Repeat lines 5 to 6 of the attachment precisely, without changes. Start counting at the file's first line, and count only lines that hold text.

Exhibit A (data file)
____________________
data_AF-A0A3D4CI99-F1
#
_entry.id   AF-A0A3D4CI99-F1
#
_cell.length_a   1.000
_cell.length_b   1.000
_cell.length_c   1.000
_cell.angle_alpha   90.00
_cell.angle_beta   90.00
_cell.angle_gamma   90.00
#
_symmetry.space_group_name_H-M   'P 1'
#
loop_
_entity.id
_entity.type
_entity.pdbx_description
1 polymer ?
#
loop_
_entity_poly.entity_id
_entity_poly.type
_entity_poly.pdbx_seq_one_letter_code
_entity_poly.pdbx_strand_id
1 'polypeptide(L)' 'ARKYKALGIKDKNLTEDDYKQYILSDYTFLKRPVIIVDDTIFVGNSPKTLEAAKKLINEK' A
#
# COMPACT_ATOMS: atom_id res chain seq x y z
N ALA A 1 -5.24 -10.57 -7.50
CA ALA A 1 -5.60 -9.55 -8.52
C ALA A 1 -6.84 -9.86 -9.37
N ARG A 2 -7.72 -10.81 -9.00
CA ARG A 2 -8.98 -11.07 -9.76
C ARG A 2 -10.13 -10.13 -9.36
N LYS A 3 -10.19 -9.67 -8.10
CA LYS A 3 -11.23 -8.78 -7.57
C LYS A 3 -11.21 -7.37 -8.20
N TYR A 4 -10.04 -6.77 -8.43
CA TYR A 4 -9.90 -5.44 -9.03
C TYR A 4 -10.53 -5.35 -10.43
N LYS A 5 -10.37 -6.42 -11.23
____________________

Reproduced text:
_cell.length_a   1.000
_cell.length_b   1.000